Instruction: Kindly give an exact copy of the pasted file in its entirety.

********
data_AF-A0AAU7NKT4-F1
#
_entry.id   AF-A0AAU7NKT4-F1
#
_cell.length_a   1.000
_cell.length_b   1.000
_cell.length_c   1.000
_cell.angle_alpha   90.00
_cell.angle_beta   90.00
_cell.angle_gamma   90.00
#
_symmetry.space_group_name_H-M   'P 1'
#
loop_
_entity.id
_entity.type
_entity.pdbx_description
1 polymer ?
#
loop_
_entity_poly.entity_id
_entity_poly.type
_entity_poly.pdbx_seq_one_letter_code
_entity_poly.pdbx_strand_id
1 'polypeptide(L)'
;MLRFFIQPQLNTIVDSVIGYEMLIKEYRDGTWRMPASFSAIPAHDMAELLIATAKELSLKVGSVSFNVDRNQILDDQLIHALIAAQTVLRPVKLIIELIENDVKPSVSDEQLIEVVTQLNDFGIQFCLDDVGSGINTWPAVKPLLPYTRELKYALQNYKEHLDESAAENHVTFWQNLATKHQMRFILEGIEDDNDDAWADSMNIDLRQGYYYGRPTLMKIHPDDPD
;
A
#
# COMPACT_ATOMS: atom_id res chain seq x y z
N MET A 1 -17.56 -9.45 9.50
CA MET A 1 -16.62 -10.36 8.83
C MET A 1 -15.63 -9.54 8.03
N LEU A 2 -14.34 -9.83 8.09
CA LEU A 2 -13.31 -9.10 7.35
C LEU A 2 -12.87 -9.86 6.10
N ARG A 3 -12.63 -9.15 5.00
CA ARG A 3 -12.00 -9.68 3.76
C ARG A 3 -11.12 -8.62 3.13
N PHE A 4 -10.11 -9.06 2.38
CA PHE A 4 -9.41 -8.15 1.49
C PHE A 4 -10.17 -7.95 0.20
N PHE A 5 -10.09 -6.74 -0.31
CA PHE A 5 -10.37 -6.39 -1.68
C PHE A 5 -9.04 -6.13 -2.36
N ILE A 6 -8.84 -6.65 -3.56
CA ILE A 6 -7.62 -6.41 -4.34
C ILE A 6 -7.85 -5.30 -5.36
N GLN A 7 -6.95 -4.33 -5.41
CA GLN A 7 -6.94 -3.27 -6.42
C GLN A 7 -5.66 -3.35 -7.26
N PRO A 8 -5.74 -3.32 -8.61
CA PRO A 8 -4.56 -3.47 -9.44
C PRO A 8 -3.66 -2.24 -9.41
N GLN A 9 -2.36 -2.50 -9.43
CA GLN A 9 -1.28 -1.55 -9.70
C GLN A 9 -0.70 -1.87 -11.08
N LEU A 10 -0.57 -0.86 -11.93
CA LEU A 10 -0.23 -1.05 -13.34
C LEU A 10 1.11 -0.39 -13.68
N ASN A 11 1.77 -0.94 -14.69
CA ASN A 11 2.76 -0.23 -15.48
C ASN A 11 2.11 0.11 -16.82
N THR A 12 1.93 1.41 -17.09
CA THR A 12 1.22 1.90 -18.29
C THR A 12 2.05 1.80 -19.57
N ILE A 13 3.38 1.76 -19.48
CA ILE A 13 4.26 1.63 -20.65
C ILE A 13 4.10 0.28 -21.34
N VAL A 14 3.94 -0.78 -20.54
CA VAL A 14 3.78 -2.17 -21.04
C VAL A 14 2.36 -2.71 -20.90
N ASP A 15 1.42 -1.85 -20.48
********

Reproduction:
data_AF-A0AAU7NKT4-F1
#
_entry.id   AF-A0AAU7NKT4-F1
#
_cell.length_a   1.000
_cell.length_b   1.000
_cell.length_c   1.000
_cell.angle_alpha   90.00
_cell.angle_beta   90.00
_cell.angle_gamma   90.00
#
_symmetry.space_group_name_H-M   'P 1'
#
loop_
_entity.id
_entity.type
_entity.pdbx_description
1 polymer ?
#
loop_
_entity_poly.entity_id
_entity_poly.type
_entity_poly.pdbx_seq_one_letter_code
_entity_poly.pdbx_strand_id
1 'polypeptide(L)'
;MLRFFIQPQLNTIVDSVIGYEMLIKEYRDGTWRMPASFSAIPAHDMAELLIATAKELSLKVGSVSFNVDRNQILDDQLIHALIAAQTVLRPVKLIIELIENDVKPSVSDEQLIEVVTQLNDFGIQFCLDDVGSGINTWPAVKPLLPYTRELKYALQNYKEHLDESAAENHVTFWQNLATKHQMRFILEGIEDDNDDAWADSMNIDLRQGYYYGRPTLMKIHPDDPD
;
A
#
# COMPACT_ATOMS: atom_id res chain seq x y z
N MET A 1 -17.56 -9.45 9.50
CA MET A 1 -16.62 -10.36 8.83
C MET A 1 -15.63 -9.54 8.03
N LEU A 2 -14.34 -9.83 8.09
CA LEU A 2 -13.31 -9.10 7.35
C LEU A 2 -12.87 -9.86 6.10
N ARG A 3 -12.63 -9.15 5.00
CA ARG A 3 -12.00 -9.68 3.76
C ARG A 3 -11.12 -8.62 3.13
N PHE A 4 -10.11 -9.06 2.38
CA PHE A 4 -9.41 -8.15 1.49
C PHE A 4 -10.17 -7.95 0.20
N PHE A 5 -10.09 -6.74 -0.31
CA PHE A 5 -10.37 -6.39 -1.68
C PHE A 5 -9.04 -6.13 -2.36
N ILE A 6 -8.84 -6.65 -3.56
CA ILE A 6 -7.62 -6.41 -4.34
C ILE A 6 -7.85 -5.30 -5.36
N GLN A 7 -6.95 -4.33 -5.41
CA GLN A 7 -6.94 -3.27 -6.42
C GLN A 7 -5.66 -3.35 -7.26
N PRO A 8 -5.74 -3.32 -8.61
CA PRO A 8 -4.56 -3.47 -9.44
C PRO A 8 -3.66 -2.24 -9.41
N GLN A 9 -2.36 -2.50 -9.43
CA GLN A 9 -1.28 -1.55 -9.70
C GLN A 9 -0.70 -1.87 -11.08
N LEU A 10 -0.57 -0.86 -11.93
CA LEU A 10 -0.23 -1.05 -13.34
C LEU A 10 1.11 -0.39 -13.68
N ASN A 11 1.77 -0.94 -14.69
CA ASN A 11 2.76 -0.23 -15.48
C ASN A 11 2.11 0.11 -16.82
N THR A 12 1.93 1.41 -17.09
CA THR A 12 1.22 1.90 -18.29
C THR A 12 2.05 1.80 -19.57
N ILE A 13 3.38 1.76 -19.48
CA ILE A 13 4.26 1.63 -20.65
C ILE A 13 4.10 0.28 -21.34
N VAL A 14 3.94 -0.78 -20.54
CA VAL A 14 3.78 -2.17 -21.04
C VAL A 14 2.36 -2.71 -20.90
N ASP A 15 1.42 -1.85 -20.48